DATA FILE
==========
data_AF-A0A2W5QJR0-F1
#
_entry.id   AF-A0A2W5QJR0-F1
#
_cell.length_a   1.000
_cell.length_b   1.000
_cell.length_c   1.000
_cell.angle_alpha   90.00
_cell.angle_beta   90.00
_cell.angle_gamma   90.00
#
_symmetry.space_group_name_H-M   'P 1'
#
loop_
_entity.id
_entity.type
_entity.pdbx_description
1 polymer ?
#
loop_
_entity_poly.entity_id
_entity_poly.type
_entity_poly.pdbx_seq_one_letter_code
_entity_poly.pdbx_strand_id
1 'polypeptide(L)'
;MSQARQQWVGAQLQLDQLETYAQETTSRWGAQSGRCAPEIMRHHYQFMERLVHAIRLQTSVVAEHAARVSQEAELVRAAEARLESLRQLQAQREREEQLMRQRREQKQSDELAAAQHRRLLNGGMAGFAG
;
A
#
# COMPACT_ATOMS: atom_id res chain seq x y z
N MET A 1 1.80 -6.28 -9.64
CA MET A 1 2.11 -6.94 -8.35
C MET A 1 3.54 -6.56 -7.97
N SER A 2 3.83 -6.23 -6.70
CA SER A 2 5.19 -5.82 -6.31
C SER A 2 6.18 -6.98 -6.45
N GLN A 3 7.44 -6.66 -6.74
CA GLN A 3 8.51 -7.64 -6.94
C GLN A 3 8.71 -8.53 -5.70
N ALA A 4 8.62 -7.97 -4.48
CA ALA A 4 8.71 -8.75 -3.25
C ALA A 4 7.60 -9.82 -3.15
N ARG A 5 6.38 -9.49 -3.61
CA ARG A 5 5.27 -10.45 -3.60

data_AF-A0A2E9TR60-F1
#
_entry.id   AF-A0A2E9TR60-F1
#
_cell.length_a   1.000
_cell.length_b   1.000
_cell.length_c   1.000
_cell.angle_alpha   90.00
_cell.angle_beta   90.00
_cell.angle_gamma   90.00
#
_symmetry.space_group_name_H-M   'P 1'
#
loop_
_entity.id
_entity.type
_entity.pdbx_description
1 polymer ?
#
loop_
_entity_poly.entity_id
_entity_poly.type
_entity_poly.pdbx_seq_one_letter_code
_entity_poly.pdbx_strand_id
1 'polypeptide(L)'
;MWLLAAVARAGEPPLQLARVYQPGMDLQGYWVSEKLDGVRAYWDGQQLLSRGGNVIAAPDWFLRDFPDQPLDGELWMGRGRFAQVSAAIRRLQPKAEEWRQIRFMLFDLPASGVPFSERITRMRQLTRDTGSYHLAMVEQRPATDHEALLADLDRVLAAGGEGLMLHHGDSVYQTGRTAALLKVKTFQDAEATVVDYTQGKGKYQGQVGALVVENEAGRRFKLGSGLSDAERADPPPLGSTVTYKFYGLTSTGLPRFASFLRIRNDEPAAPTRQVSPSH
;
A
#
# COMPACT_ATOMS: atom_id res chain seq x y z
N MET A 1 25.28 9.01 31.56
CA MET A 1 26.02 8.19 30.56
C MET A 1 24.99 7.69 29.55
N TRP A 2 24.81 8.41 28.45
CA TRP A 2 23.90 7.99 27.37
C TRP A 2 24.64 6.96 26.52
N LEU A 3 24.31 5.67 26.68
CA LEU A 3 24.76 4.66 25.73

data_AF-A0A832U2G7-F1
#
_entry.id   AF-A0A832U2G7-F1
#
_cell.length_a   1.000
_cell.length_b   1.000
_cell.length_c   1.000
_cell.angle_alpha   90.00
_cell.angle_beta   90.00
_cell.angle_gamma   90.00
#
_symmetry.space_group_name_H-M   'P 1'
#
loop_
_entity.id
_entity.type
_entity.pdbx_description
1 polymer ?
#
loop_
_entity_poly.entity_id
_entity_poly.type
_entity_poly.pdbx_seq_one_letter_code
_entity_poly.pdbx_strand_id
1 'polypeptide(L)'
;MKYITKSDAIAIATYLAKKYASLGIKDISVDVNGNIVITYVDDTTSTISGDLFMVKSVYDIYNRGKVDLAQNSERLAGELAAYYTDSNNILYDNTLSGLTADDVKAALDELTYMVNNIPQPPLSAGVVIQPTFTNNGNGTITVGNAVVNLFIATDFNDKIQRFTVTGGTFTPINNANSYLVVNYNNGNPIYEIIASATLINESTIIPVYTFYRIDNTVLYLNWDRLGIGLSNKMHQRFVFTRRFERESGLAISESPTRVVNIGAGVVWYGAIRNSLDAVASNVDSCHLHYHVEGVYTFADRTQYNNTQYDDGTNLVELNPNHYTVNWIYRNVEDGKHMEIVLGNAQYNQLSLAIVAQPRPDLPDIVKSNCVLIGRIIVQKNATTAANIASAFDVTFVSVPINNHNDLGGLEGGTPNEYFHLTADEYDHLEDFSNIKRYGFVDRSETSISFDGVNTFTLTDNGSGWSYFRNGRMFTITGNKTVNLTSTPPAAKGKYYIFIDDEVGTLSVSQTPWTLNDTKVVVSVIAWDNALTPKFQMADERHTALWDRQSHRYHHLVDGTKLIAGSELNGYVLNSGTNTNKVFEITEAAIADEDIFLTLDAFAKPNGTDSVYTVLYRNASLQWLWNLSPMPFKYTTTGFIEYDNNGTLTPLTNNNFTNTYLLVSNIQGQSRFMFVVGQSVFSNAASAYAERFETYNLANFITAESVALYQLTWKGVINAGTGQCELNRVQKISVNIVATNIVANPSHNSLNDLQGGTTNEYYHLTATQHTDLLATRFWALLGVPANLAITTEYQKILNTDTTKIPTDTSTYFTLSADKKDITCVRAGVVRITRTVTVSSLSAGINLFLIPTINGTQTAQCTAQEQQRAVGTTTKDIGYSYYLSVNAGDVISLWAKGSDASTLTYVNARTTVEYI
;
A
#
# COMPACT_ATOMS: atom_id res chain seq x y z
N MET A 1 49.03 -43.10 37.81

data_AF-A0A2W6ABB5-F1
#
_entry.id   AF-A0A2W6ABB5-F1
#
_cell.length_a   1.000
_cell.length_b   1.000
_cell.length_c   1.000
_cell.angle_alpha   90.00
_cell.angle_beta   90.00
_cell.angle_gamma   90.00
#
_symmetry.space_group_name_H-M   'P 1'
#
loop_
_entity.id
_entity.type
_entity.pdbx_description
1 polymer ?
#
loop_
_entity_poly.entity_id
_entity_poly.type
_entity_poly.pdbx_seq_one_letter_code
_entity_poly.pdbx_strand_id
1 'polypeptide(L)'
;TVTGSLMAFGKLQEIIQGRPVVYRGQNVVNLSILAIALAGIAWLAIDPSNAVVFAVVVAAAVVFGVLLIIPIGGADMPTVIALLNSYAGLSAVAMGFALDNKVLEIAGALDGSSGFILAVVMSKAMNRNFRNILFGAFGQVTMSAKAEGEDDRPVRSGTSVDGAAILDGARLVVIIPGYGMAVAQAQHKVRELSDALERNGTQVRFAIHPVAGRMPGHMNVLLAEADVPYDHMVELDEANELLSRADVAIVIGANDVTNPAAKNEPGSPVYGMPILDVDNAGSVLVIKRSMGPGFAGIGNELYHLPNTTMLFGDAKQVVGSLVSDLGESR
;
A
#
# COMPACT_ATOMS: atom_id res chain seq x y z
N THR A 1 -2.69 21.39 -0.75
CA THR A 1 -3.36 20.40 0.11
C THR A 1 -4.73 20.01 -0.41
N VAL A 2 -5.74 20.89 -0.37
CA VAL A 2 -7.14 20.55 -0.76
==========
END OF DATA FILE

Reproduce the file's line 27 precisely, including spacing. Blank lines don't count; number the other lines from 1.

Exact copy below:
;